While I do not have any documentation on this particular model, as I do for other Calrad units, having studied many of the similar amplifiers (mostly push-pull 6BQ5 and 6BM8) created in that nameless factory and then sold by these catalog companies I can tell you that the circuits are not only nothing fancy, but all have been extensively Muntzed. As a result, the circuits require some simple modifications for stability, reliability, and performance. I therefore suggest you use a decent worked out 6BM8 design as a basis for a rebuild.

    The design, in summary, uses the triode portion as a gain stage and the pentode portion as a low-power SEP stage. You should be aware that many of these designs push the power capability of the pentode portion to or beyond its limits, dramatically shortening the lifespan of both the tube and the output transformer.

    The original specifications for many of these amplifiers are just delusional if one knows the limits of the tube. I just picked up a Japanese push-pull 6BQ5 amplifier of the same era which used fanciful ratings; 20 WPC (ha!) for a pair of tubes rated for about 16 WPC maximum. The unit shows obvious damage, as the chassis has scorch marks around the tubes, one output transformer is burnt up with scorch marks on the paper, and the other output transformer has obvious heat damage. Tubes and output transformers therefore require replacement, and I will modify it to limit the gain to a more reasonable 16 WPC max.

    The Japanese single-ended designs of that time are even more prone to being overdriven because of the low efficiency.

    These units do make excellent headphone amplifiers, where power requirements are low, so your plan is perfect. As for driving speakers, well, you'll likely be happier with something of greater power.

    Because of the cost-cutting aspects of these designs I suggest you do a few things for stability and lifespan. Off the top of my head:
    All of the Japanese electrolytic capacitors used for AC interstage coupling are bad and will consequently place a DC voltage (from the triode gain-stage stage's plate) on the grid of the 6BM8's pentode stage, blowing up the tube. These capacitors must be replaced if you want a stable amplifier. None can be saved. I suggest using PP film capacitors for coupling, or PTFE if you want to spend a few dollars more.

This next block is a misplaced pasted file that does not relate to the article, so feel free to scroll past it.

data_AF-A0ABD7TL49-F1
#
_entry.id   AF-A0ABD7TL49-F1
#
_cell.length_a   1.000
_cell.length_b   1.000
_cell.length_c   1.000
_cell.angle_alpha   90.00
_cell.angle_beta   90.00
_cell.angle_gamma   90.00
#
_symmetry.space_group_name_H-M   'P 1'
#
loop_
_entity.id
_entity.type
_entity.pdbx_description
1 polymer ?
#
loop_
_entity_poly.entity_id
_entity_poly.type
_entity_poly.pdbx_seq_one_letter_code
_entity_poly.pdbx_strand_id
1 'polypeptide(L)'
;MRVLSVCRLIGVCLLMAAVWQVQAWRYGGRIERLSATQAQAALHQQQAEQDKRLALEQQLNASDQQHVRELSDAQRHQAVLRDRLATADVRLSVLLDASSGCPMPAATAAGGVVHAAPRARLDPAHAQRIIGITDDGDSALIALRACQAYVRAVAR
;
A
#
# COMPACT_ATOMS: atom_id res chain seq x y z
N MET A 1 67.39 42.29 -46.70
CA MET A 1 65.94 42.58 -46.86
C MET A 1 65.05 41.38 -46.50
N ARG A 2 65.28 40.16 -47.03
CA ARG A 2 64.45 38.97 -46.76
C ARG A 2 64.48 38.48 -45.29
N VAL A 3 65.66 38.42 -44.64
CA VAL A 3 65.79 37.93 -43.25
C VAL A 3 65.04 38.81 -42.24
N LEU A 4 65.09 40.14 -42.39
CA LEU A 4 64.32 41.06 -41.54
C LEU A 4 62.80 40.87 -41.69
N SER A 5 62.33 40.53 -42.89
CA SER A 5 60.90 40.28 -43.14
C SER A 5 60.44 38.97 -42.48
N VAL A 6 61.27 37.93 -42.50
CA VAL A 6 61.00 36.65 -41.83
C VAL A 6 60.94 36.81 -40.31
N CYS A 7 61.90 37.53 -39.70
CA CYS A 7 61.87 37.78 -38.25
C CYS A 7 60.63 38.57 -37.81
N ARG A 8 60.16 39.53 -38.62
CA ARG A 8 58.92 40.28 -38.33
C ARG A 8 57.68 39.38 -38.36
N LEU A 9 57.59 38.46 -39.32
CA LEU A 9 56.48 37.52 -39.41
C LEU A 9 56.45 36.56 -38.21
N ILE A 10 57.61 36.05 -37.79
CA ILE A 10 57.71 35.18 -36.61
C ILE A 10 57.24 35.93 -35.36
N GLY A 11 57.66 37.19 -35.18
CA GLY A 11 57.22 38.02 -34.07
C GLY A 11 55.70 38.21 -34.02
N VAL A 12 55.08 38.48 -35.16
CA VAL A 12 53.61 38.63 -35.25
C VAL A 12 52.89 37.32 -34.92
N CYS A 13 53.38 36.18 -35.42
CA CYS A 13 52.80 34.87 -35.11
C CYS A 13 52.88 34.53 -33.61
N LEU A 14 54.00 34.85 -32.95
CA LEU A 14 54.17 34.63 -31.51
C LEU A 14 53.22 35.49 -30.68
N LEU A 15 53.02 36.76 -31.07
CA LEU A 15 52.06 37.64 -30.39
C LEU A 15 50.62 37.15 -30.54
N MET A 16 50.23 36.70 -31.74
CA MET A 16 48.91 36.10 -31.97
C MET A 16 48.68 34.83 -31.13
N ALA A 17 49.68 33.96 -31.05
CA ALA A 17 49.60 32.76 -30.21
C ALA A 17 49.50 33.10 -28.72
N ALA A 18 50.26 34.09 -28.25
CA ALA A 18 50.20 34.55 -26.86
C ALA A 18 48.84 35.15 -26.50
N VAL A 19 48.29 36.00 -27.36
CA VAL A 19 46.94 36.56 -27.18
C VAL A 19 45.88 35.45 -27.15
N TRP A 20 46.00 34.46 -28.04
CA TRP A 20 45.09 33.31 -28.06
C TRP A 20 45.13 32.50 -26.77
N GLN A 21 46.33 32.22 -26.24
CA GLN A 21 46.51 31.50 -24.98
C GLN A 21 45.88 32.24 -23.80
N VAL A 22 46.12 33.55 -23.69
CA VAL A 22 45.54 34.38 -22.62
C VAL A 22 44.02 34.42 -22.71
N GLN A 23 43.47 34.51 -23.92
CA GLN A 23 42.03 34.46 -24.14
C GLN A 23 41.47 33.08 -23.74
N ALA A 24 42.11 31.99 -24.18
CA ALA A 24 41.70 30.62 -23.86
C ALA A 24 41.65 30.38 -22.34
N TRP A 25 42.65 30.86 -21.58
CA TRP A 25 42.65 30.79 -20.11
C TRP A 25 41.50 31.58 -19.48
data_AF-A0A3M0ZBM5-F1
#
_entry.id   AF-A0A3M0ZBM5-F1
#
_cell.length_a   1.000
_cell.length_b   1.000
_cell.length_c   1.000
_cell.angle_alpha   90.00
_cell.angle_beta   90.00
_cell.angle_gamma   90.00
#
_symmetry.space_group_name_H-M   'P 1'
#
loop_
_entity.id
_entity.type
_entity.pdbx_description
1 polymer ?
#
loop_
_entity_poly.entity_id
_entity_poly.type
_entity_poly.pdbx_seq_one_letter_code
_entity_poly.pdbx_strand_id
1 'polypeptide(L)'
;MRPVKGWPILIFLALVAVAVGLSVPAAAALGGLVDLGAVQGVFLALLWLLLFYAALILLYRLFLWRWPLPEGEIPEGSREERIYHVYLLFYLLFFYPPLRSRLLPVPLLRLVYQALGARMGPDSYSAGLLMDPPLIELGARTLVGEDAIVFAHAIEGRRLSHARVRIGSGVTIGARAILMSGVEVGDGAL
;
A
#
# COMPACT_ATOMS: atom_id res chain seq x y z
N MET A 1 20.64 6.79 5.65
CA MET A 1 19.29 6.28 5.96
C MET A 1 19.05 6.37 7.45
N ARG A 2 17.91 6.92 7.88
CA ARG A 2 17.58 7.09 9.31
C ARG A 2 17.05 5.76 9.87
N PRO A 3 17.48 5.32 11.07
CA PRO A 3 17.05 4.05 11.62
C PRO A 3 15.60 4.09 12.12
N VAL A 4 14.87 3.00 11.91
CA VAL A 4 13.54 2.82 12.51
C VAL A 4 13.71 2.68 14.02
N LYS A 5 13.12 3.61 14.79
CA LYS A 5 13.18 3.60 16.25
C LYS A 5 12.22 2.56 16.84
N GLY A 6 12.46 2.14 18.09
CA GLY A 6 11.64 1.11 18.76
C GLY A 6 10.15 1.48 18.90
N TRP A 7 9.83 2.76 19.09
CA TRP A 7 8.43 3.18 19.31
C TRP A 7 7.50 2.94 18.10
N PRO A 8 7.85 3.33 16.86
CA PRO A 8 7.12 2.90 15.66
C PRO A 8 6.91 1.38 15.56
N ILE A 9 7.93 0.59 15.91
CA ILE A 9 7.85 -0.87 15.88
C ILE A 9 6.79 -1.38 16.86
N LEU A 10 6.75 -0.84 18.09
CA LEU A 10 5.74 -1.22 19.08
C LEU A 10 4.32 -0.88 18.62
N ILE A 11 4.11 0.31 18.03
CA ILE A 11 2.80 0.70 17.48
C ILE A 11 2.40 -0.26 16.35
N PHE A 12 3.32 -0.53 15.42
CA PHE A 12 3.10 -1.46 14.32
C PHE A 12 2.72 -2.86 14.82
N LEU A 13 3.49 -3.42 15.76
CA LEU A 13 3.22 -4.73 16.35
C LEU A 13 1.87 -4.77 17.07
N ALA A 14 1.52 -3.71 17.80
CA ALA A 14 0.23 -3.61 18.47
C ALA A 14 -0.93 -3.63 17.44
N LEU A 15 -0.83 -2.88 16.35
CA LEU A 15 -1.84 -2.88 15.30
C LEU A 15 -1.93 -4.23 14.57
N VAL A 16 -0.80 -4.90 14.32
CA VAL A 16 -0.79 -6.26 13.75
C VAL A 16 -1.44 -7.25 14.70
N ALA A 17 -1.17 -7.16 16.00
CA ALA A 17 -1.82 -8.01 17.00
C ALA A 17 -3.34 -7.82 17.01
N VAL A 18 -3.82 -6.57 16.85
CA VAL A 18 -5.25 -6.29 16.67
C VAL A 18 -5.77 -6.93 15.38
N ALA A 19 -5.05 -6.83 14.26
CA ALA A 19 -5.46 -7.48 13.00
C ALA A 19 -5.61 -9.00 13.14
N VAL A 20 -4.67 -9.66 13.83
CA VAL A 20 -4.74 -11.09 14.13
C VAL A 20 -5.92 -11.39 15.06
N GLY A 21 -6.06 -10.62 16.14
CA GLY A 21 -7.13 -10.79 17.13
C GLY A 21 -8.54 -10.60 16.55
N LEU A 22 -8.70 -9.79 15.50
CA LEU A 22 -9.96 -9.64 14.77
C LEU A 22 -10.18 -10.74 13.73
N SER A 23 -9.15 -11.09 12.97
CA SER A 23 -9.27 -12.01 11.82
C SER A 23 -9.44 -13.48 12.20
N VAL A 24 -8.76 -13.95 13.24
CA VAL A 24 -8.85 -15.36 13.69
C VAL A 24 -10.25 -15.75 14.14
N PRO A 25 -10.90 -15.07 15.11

Add add individual bias potentiometers to the output stage, and possibly investigate Dave's EFB, to better match the outputs. I also suggest a 10 Ω resistor to allow you to accurately measure the current.

    Add grid and screen stopper resistors for anti-arcing and anti-oscillation.

    Add a Zobel to the input stage to ensure RF cannot get into the amplifier and cause oscillation.

    Replace the screen supply, which is a dropping resistor, with a voltage regulator of some sort. A string of lower-voltage Zeners will reduce the noise of a Zener and improve stability. Do not exceed the published screen limits.

    Replace all of the carbon composite resistors, which will have drifted, with 1% metal film.

    Replace all of the ceramic capacitors, which are microphonic, hygroscopic, and have other defects such as capacitance varying with DC bias, with PP film.

    Replace the sockets.

    The 6X4 (like the 6X5) is a bad, bad, tube. It tends to fail as a short which rapidly burns out the power transformer. (A fuse won't help as it takes too long to blow, and the power transformers used in these units are not very robust.) This problem is infamous in the tube radio world. Many circuits overdrive the 6X4 by exceeding the maximum current ratings. (In brief, larger capacitors shorten the conduction angle, i.e. the time in which the filter capacitor charges. The 6X4 cathode can only handle about 40 uF, and even that is pushing it.) I would switch to solid-state with a delay, but another rectifier tube would be fine. Some research on the 6X4 will confirm the widespread problems of blown power transformers.
    These changes will give you a nice headphone amplifier which is stable and reliable.